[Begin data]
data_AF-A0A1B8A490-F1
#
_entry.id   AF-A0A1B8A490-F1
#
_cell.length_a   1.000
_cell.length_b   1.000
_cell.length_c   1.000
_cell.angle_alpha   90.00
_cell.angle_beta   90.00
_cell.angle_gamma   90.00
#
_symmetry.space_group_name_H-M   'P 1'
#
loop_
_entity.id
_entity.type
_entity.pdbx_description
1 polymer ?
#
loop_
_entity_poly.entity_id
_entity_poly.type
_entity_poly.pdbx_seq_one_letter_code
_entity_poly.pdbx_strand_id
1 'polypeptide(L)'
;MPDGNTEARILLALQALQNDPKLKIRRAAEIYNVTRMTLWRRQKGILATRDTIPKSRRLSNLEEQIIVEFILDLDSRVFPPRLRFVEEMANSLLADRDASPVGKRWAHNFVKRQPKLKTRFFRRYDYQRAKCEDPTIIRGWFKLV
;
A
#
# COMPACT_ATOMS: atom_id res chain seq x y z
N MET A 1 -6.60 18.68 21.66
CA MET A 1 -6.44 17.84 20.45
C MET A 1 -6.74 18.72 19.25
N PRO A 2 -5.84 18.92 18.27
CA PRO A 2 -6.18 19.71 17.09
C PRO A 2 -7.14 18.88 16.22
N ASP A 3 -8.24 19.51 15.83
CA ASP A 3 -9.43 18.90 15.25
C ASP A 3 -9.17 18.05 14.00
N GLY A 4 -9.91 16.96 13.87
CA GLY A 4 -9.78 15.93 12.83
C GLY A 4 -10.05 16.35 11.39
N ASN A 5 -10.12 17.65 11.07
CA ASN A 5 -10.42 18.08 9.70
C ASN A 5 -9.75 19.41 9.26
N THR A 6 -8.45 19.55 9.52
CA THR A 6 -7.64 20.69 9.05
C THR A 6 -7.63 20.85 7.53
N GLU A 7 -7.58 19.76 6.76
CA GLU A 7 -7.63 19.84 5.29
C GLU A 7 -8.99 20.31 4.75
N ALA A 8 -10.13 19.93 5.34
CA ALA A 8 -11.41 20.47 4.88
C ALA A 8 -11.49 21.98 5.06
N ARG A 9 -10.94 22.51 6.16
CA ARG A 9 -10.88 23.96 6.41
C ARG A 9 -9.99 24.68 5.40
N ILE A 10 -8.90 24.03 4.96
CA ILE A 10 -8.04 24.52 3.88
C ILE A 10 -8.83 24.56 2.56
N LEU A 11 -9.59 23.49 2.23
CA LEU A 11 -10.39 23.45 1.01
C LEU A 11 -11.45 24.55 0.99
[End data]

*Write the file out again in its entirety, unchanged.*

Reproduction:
data_AF-A0A1B8A490-F1
#
_entry.id   AF-A0A1B8A490-F1
#
_cell.length_a   1.000
_cell.length_b   1.000
_cell.length_c   1.000
_cell.angle_alpha   90.00
_cell.angle_beta   90.00
_cell.angle_gamma   90.00
#
_symmetry.space_group_name_H-M   'P 1'
#
loop_
_entity.id
_entity.type
_entity.pdbx_description
1 polymer ?
#
loop_
_entity_poly.entity_id
_entity_poly.type
_entity_poly.pdbx_seq_one_letter_code
_entity_poly.pdbx_strand_id
1 'polypeptide(L)'
;MPDGNTEARILLALQALQNDPKLKIRRAAEIYNVTRMTLWRRQKGILATRDTIPKSRRLSNLEEQIIVEFILDLDSRVFPPRLRFVEEMANSLLADRDASPVGKRWAHNFVKRQPKLKTRFFRRYDYQRAKCEDPTIIRGWFKLV
;
A
#
# COMPACT_ATOMS: atom_id res chain seq x y z
N MET A 1 -6.60 18.68 21.66
CA MET A 1 -6.44 17.84 20.45
C MET A 1 -6.74 18.72 19.25
N PRO A 2 -5.84 18.92 18.27
CA PRO A 2 -6.18 19.71 17.09
C PRO A 2 -7.14 18.88 16.22
N ASP A 3 -8.24 19.51 15.83
CA ASP A 3 -9.43 18.90 15.25
C ASP A 3 -9.17 18.05 14.00
N GLY A 4 -9.91 16.96 13.87
CA GLY A 4 -9.78 15.93 12.83
C GLY A 4 -10.05 16.35 11.39
N ASN A 5 -10.12 17.65 11.07
CA ASN A 5 -10.42 18.08 9.70
C ASN A 5 -9.75 19.41 9.26
N THR A 6 -8.45 19.55 9.52
CA THR A 6 -7.64 20.69 9.05
C THR A 6 -7.63 20.85 7.53
N GLU A 7 -7.58 19.76 6.76
CA GLU A 7 -7.63 19.84 5.29
C GLU A 7 -8.99 20.31 4.75
N ALA A 8 -10.13 19.93 5.34
CA ALA A 8 -11.41 20.47 4.88
C ALA A 8 -11.49 21.98 5.06
N ARG A 9 -10.94 22.51 6.16
CA ARG A 9 -10.88 23.96 6.41
C ARG A 9 -9.99 24.68 5.40
N ILE A 10 -8.90 24.03 4.96
CA ILE A 10 -8.04 24.52 3.88
C ILE A 10 -8.83 24.56 2.56
N LEU A 11 -9.59 23.49 2.23
CA LEU A 11 -10.39 23.45 1.01
C LEU A 11 -11.45 24.55 0.99